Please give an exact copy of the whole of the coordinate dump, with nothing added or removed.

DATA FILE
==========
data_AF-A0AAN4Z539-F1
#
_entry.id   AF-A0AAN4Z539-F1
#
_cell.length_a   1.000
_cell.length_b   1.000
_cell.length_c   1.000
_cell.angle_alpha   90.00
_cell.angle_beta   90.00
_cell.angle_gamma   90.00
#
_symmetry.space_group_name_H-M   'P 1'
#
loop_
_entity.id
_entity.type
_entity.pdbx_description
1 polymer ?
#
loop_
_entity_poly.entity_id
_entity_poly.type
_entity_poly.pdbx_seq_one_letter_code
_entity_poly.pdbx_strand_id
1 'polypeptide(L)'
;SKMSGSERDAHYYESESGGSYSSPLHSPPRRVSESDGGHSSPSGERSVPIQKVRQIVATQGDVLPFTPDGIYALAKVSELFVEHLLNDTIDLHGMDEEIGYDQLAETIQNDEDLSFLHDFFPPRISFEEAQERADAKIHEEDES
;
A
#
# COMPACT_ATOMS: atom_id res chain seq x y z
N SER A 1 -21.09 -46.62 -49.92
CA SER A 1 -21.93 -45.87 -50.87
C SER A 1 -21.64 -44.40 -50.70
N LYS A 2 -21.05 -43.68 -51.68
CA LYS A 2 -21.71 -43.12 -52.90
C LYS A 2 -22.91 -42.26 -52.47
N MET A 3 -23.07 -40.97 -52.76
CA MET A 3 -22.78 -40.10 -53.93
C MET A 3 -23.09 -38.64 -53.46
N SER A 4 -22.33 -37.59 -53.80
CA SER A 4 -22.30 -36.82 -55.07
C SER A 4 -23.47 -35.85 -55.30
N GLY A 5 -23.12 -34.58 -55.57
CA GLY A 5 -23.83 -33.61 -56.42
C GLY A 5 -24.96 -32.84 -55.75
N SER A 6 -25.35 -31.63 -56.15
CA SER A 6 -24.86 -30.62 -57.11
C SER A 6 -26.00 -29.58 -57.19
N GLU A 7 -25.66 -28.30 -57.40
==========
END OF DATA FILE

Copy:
data_AF-A0AAN4Z539-F1
#
_entry.id   AF-A0AAN4Z539-F1
#
_cell.length_a   1.000
_cell.length_b   1.000
_cell.length_c   1.000
_cell.angle_alpha   90.00
_cell.angle_beta   90.00
_cell.angle_gamma   90.00
#
_symmetry.space_group_name_H-M   'P 1'
#
loop_
_entity.id
_entity.type
_entity.pdbx_description
1 polymer ?
#
loop_
_entity_poly.entity_id
_entity_poly.type
_entity_poly.pdbx_seq_one_letter_code
_entity_poly.pdbx_strand_id
1 'polypeptide(L)'
;SKMSGSERDAHYYESESGGSYSSPLHSPPRRVSESDGGHSSPSGERSVPIQKVRQIVATQGDVLPFTPDGIYALAKVSELFVEHLLNDTIDLHGMDEEIGYDQLAETIQNDEDLSFLHDFFPPRISFEEAQERADAKIHEEDES
;
A
#
# COMPACT_ATOMS: atom_id res chain seq x y z
N SER A 1 -21.09 -46.62 -49.92
CA SER A 1 -21.93 -45.87 -50.87
C SER A 1 -21.64 -44.40 -50.70
N LYS A 2 -21.05 -43.68 -51.68
CA LYS A 2 -21.71 -43.12 -52.90
C LYS A 2 -22.91 -42.26 -52.47
N MET A 3 -23.07 -40.97 -52.76
CA MET A 3 -22.78 -40.10 -53.93
C MET A 3 -23.09 -38.64 -53.46
N SER A 4 -22.33 -37.59 -53.80
CA SER A 4 -22.30 -36.82 -55.07
C SER A 4 -23.47 -35.85 -55.30
N GLY A 5 -23.12 -34.58 -55.57
CA GLY A 5 -23.83 -33.61 -56.42
C GLY A 5 -24.96 -32.84 -55.75
N SER A 6 -25.35 -31.63 -56.15
CA SER A 6 -24.86 -30.62 -57.11
C SER A 6 -26.00 -29.58 -57.19
N GLU A 7 -25.66 -28.30 -57.40